Our top pick: Ghost 15

What makes the Ghost 15 a great nursing shoe? Let us count the ways. First up is DNA LOFT v2 cushioning, which offers a plush, lightweight feel without sacrificing durability. Next is the Segmented Crash Pad, a system of fully-integrated shock absorbers that accommodate any foot landing to maximize efficiency, provide cushion, and create smooth heel-to-toe transitions. And let’s not forget the engineered air mesh upper, which provides comfort and breathability so you can keep your cool on long shifts.

Our top pick: Ghost 15

Of course, the Ghost 15 isn’t the only shoe on the block. Your perfect nursing shoe is out there, and we want to make sure you get the right one for your needs. Ready to meet your match? Take our Shoe Finder quiz for a personalized recommendation, visit a local store for a professional fitting, or ask a Guru for help picking a size and fit. 

When to replace your nursing shoes

In general, we recommend replacing your shoes every 300-500 miles. Let’s say you walk an average of 4 miles each shift and work 3 shifts a week. That works out to about 48 miles/month, which means you should replace your nursing shoes every 6 to 7 months. However, walking and standing can actually degrade shoes quicker than running due to constant pressure on the mesh and cushioning components. Signs of wear to look out for include shoes that aren’t as comfortable as they used to be; visible rips, tears, or cracks; and soles that are worn down or uneven.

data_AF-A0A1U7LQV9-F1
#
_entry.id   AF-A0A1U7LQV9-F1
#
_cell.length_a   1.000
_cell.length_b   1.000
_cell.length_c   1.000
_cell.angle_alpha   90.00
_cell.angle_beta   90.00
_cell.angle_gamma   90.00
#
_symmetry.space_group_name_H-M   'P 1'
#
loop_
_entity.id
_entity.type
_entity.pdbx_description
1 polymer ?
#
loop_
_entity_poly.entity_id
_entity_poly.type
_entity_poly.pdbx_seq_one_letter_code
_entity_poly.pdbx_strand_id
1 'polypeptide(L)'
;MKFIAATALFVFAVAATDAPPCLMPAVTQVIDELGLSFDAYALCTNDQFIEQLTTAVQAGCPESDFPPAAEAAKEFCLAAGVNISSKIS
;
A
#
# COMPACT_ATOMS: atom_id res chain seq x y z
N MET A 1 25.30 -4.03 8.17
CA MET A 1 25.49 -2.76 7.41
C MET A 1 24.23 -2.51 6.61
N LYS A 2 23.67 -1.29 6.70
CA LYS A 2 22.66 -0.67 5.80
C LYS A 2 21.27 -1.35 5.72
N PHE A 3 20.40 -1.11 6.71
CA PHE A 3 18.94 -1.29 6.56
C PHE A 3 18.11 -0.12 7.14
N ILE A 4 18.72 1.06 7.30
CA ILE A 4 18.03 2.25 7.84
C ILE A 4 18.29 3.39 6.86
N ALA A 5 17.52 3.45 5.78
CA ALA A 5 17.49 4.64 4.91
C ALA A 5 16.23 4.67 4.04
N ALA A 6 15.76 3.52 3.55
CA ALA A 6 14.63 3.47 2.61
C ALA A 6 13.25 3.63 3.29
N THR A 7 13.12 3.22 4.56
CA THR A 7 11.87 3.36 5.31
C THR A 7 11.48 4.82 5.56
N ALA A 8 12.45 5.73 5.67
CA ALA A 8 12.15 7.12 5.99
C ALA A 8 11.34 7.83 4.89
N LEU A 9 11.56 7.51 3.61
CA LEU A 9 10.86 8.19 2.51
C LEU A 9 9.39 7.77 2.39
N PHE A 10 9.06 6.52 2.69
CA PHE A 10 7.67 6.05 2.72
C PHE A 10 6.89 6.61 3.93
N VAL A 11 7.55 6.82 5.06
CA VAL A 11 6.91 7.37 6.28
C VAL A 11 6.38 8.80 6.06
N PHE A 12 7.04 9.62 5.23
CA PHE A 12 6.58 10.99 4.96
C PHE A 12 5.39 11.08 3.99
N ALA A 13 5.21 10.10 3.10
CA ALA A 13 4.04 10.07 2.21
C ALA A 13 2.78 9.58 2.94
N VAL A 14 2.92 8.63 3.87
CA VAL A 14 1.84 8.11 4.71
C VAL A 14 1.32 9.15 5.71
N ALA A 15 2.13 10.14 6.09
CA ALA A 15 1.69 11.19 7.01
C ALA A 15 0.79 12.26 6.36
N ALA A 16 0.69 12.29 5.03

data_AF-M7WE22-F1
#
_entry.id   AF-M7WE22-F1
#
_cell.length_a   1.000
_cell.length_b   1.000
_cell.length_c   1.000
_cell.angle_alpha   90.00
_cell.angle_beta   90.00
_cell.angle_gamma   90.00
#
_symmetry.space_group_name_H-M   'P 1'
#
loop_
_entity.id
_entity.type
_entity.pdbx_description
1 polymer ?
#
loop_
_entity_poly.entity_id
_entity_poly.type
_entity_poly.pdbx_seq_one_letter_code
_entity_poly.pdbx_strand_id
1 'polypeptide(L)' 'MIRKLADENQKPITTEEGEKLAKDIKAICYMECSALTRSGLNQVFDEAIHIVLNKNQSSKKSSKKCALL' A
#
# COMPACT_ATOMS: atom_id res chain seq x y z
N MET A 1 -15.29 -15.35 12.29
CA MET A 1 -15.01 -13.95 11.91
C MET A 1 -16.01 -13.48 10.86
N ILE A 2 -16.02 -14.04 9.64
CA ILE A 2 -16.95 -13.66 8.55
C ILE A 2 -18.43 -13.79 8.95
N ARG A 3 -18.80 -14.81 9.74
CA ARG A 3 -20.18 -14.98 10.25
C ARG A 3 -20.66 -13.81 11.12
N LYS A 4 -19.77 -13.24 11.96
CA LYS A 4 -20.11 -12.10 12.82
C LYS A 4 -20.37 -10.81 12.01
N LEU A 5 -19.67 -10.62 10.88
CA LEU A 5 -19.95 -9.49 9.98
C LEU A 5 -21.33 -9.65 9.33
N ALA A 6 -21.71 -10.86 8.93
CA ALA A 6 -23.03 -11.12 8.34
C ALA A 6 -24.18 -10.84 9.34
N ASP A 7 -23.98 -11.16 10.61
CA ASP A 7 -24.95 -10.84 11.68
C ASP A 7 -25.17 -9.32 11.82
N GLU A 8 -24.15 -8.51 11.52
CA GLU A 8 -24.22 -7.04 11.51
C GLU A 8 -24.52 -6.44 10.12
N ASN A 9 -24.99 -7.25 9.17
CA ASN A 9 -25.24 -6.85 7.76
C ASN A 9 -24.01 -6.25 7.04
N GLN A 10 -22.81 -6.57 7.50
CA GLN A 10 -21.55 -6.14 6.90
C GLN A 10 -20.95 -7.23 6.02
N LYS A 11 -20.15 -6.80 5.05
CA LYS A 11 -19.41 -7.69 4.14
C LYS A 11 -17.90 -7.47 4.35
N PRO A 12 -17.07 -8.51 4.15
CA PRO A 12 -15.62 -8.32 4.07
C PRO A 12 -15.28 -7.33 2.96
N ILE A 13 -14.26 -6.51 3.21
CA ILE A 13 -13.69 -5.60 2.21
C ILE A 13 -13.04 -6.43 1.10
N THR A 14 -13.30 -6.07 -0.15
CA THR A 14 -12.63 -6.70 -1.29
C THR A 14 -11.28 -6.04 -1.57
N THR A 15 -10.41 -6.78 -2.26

Wearing worn-out shoes means your feet aren’t properly supported anymore, which can lead to aches, pains, and injury. Make sure to replace your nursing shoes as needed to support your feet and joints.

Tips to keep your feet happy

Tips to keep your feet happy

Give your feet regular TLC and they’ll thank you in the long run. While proper footwear is foundational, a little extra care and support can go a long way in keeping your feet healthy. Here are our top tips for taking care of your hard-working feet: